Saturday, 18 April 2009

A Mslexia of Writers?

There’s no better way to approach the city of Newcastle than by train. I never tire of looking up and down the River Tyne through a lacework of bridges to the distant city skyline then peering closer at the foreground, where bright new developments crowd the riverside on quays that, a century ago, heaved with rough commerce as ships jostled for prime places to unload their goods.

Off the train, out of the portico’d station, we dodge the traffic to cross the road and make our way up Pink Lane. (This when I was young, was famous for being the territory of working girls plying their trade). Then into a pub called the Forth – punters jostling like those old ships for prime place to buy their wine. The place is bare floored and bustling with people of all ages having drinks after work before going on somewhere in the city. Reminds me of London.

My friends Gillian Wales ( ) Avril Joy and I make our way through to a back room full of writers talking. This is a gathering generated by Mslexia Magazine - the national magazine that is published out of Newcastle. The gathering is open to anyone with an interest in writing and literature, and as this is a magazine that focuses on women writers, the room was mostly filled with the friendly roar of women talking.

One exception is Peter Mortimer, publisher of Iron Press, ( Peter – publisher, playwright, poet, traveller and man about literature - gives me news of the imminent arrival of my short story collections Knives, just published by his Iron Press. He assures me that the books have now rolled off the presses and will be ready for the launch next week. A book launch without books is a recurrent nightmare for writers. He assures me the books look great and I will get my copies very soon. We make an arrangement for him to drop the books off at Avril’s house, as he will pass close by it en route to Lancashire.

(Now! See the story on Avril’s blog ( about Peter arriving at her house with the precious boxes of books.)

I only have time to sniff the books with animal delight and run. (Why does one always sniff new books?) The books look beautiful, and - peeping nervously inside - I think the stories are enjoying their new livery. One box is carried in by our mutual friend, novelist and playwright Kitty Fitzgerald, who worked on projects with Avril and me at the prison. Kitty, beaming broadly, looks gloriously wild and Irish as usual.

I have to leave them enjoying coffee with Avril and rush home to see another visiting friend Jane Bidder, whose new novel The Wedding Party, (under her professional name Sophie King) is also out this month. Jane (still a prison writer in residence) brings her new husband and her new large and friendly puppy Jack, who had the silkiest black coat, impossible not to stroke.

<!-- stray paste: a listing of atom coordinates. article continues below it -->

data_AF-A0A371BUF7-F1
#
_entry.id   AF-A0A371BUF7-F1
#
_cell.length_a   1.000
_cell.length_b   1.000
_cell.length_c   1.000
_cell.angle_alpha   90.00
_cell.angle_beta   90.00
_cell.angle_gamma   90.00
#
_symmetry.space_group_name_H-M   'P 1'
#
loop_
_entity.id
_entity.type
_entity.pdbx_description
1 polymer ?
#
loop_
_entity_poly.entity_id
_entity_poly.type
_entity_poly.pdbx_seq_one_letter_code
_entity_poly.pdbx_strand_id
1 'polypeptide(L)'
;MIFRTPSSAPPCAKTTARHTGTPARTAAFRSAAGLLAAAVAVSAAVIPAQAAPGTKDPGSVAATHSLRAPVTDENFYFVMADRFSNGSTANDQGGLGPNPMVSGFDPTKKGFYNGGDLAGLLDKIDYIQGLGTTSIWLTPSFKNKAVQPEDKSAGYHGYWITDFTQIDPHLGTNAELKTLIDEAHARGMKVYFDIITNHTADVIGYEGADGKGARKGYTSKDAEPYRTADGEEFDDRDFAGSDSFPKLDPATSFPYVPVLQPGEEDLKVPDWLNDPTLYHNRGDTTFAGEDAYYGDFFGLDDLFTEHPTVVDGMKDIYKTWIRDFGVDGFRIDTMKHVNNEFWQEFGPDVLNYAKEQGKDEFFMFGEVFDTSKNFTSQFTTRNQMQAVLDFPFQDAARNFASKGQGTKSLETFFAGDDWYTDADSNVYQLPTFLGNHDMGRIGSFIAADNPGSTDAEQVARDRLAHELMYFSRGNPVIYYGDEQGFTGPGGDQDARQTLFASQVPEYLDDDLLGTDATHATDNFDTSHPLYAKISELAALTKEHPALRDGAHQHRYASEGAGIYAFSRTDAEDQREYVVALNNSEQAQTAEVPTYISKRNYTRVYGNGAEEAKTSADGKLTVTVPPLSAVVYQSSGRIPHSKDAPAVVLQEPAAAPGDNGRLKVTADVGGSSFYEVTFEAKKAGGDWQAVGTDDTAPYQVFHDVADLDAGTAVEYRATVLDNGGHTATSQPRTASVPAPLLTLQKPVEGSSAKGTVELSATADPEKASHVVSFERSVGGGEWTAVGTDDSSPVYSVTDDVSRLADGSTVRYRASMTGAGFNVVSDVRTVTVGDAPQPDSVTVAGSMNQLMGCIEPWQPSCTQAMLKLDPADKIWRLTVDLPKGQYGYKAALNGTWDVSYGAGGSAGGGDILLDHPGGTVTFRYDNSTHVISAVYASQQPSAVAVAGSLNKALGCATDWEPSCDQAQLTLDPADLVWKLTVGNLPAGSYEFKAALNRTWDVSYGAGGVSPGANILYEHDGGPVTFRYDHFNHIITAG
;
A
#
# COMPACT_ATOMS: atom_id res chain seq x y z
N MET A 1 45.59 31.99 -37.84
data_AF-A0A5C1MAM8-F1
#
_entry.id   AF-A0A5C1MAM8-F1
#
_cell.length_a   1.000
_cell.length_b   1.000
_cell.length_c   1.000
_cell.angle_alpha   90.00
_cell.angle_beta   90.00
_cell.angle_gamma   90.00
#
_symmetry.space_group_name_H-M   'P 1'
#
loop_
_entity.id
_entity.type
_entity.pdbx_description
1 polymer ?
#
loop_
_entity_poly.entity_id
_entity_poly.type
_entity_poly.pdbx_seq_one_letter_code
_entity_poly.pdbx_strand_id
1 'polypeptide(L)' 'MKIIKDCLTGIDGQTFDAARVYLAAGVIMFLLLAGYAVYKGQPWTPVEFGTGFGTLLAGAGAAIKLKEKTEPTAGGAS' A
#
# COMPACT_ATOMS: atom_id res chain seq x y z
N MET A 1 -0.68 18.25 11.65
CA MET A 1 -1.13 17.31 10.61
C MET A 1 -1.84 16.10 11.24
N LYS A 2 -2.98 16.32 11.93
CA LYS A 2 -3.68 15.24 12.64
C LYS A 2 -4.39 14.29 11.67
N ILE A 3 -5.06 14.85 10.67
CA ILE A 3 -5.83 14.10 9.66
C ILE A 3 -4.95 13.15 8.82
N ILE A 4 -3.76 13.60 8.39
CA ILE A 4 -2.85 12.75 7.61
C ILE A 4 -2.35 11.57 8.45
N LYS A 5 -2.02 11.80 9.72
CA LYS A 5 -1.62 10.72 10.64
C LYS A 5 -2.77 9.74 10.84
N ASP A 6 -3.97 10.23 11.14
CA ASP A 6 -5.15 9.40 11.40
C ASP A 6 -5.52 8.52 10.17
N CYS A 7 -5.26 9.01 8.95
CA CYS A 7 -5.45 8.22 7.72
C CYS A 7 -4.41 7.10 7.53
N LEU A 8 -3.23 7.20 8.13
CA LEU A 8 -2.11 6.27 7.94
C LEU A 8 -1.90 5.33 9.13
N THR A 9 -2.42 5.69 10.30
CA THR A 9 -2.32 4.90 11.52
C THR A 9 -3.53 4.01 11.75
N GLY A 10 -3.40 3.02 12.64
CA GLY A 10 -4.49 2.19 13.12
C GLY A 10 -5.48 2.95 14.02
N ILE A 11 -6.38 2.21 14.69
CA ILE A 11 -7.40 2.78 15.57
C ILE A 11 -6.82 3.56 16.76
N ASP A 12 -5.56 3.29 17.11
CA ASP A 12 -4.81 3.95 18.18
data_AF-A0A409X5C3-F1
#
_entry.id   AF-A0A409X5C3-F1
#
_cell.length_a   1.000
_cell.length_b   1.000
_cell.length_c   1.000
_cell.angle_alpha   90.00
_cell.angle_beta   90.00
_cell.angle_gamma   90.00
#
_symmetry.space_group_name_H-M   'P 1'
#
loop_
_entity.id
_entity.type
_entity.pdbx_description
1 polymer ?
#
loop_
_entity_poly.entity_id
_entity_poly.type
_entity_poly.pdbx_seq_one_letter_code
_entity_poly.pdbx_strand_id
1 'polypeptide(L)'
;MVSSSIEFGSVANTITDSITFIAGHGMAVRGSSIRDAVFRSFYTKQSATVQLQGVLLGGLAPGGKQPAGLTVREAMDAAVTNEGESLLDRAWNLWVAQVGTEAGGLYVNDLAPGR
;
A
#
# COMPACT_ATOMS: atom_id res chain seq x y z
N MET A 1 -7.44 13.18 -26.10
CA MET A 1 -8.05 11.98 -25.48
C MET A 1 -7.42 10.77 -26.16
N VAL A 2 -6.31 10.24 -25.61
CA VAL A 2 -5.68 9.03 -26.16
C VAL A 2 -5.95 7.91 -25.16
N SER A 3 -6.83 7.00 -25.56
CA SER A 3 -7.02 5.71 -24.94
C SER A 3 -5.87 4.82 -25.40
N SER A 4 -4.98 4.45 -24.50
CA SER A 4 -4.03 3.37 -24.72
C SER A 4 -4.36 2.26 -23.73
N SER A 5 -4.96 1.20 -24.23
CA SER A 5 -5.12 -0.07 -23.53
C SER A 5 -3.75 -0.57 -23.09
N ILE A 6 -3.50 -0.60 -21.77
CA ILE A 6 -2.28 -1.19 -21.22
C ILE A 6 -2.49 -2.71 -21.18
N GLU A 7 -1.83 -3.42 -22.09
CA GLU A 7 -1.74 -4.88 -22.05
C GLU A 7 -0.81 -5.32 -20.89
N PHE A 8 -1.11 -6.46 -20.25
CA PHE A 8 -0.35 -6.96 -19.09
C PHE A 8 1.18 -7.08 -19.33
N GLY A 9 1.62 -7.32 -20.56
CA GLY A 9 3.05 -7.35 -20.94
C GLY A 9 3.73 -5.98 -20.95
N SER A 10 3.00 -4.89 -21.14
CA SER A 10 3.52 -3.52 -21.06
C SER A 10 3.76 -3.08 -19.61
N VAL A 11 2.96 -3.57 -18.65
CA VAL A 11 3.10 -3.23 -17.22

But I am ahead of myself! Back to the gathering and the Forth on Pink Lane.

At the gathering I connect again with poet Marilyn Longstaff who has just returned from a writing workshop in Narbonne in the South of France which, coincidentally is not too far from Agde, where Avril, Debora ( and I will stay during May and June to write like mad.

I’ve admired Marilyn’s collection Sitting Among the Hoppers where her poems - to quote poet Andy Croft - ‘…move effortlessly between the religious and the secular, between the domestic and the public, between preaching and entertaining. ..' Marilyn’s poems load up with fresh meaning every time I read them.

It’s good to see again poet Ellen Phethean who came into prison last year and read from her book length poem Wall – another great read based on a community residency in the Byker Wall housing development on Tyneside. Then I talk with Claire, a new writer who has a terrific idea for a novel and is buzzing with enthusiasm about it. I eavesdrop then on a conversation with Helen, an architectural artist (I think that was it) who will soon be building an art installation in Durham Cathedral. That will be a good thing to see. The cathedral is one of my most favourite places.

Then I have an interesting chat with Daneet Steffans, editor of Mslexia. We talk about the changing face of the magazine and its ongoing success in Britain and the wider world. Daneet, an American, talks of doing her GCSEs as a fifteen year old in London, her years in journalism in New York and the almost coincidental way in which she has ended up here in the North, doing this demanding job which she obviously relishes. People are full of surprises.

Then the room thins out, as many of the people are rushing off to listen to poet Kevin Cadwallender. Apparently the venue closes its doors at nine. Not wishing to risk a closed door we decide to go for coffee, then leap back onto the train home and – as writers do – discuss all the interesting people we have just met.

Essentially I work on my own and like it. Sometimes I might go for months without seeing other professional writers, apart from Avril who is a buddy, and Debora who is a daughter. This month seems sprinkled with writers of every hue and it’s been great fun.

Afterthought: would a good collective noun for writers be a Mslexia of Writers? What do you think?



  1. Hi Wendy
    Your new writing was a great start to the day. All those familiar names bring back memories of happy writing events.
    I remember Ellen Phethean's "Wall" winning one of the Bishop Auckland Novel contests and I have a copy of Marilyn Longstaff's "Sitting Among The Hoppers" - great stuff, very telling about the life she lived when she was growing up.

    (Decided Bookworm was a better way to sign than my real name. ERE)

  2. Hello Bookworm
    (good psudonym...)
    Thank you for calling. As a writer of talent, and a reader of percaption I have always valued your views. Glad you are coming to the workshop in November ( where we will have fun.
    wendy x



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